EL PASO, Texas (KTSM) — The number of migrants being encountered by U.S. Customs and Protection at the U.S.-Mexico border has decreased after the lifting of Title 42 last week.

Title 42 was lifted on Thursday night and a large group of migrants could be seen waiting to be taken in for processing by Border Patrol.

However, on Monday, no migrants could be seen in that area.

According to the City of El Paso’s migrant dashboard, the number of daily encounters is 626. Prior to Title 42 being lifted, Border Patrol had said the daily average in April was 1,300.

On Monday, the city’s dashboard reported 4,985 migrants in CBP custody.

Hours before Title 42 was lifted, a federal judge in Florida blocked a policy that would have allowed CBP to quickly move migrants out of their custody.

CBP called the blocking of the policy “harmful” and brought up concerns about overcrowding.

The Diocesan Migrant and Refugee Services spoke with KTSM about how long migrants are staying in custody.

“What we’ve been hearing from people who have been recently released is that they have been in custody right around 10 days and when we toured the CBP facility like two weeks ago, they were telling us it was about 100 hours, which is about four days. So anywhere from four to 10 days is how long people are lasting in those facilities,” said Imelda Maynard with DMRS.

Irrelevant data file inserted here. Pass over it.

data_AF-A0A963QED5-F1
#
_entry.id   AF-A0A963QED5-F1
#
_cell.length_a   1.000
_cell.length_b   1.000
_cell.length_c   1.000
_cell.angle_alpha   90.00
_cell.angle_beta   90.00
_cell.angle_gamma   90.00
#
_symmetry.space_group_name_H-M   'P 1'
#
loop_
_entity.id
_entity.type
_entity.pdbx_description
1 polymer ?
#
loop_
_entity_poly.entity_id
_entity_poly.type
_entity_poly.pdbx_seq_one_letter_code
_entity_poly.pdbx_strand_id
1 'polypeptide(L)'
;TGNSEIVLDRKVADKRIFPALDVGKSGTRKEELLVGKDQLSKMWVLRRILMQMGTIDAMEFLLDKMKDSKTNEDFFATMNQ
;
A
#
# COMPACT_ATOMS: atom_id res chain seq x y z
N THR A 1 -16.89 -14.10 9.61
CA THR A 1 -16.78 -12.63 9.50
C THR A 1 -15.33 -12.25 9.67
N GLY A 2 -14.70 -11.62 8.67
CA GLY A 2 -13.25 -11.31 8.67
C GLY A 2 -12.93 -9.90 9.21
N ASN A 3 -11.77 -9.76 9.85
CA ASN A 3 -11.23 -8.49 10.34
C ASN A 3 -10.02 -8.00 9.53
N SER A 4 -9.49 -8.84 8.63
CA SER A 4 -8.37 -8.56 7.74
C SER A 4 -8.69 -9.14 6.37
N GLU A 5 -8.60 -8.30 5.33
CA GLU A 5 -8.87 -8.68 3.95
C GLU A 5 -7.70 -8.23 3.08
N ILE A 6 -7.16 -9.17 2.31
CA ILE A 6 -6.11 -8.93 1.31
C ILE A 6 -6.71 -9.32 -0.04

While the number of migrants being encountered has declined, local shelters are still seeing migrants at their doors.

The Opportunity Center for the Homeless is operating at and at times over capacity.

The Deputy Director John Martin says they are now seeing a lot of walk-ins who have crossed using the CBP One App at the Paso Del Norte Bridge.

“Because what’s happening is they process themselves through the application itself. They then go to the port of entry and then they’re released at the port of entry. And coincidentally, you have ourselves, as well as Sacred Heart Church, that are all right there within a stone’s throw,” Martin said.

Across the border in Juarez, some migrants can still be seen in tents on the streets. One man said he did cross to the U.S. but was sent back to Mexico, explaining how it was in CBP custody.

“They apprehend you. They take some papers. They put a bracelet on you, and they put you in a cell, and from the cell, it’s their decision. They give you eight days, six days, 12 days. However long they want. They don’t tell you anything and after that, they handcuff you and send you to the Zaragoza bridge,” said Oscar Adrian Izaguirre, from Venezuela.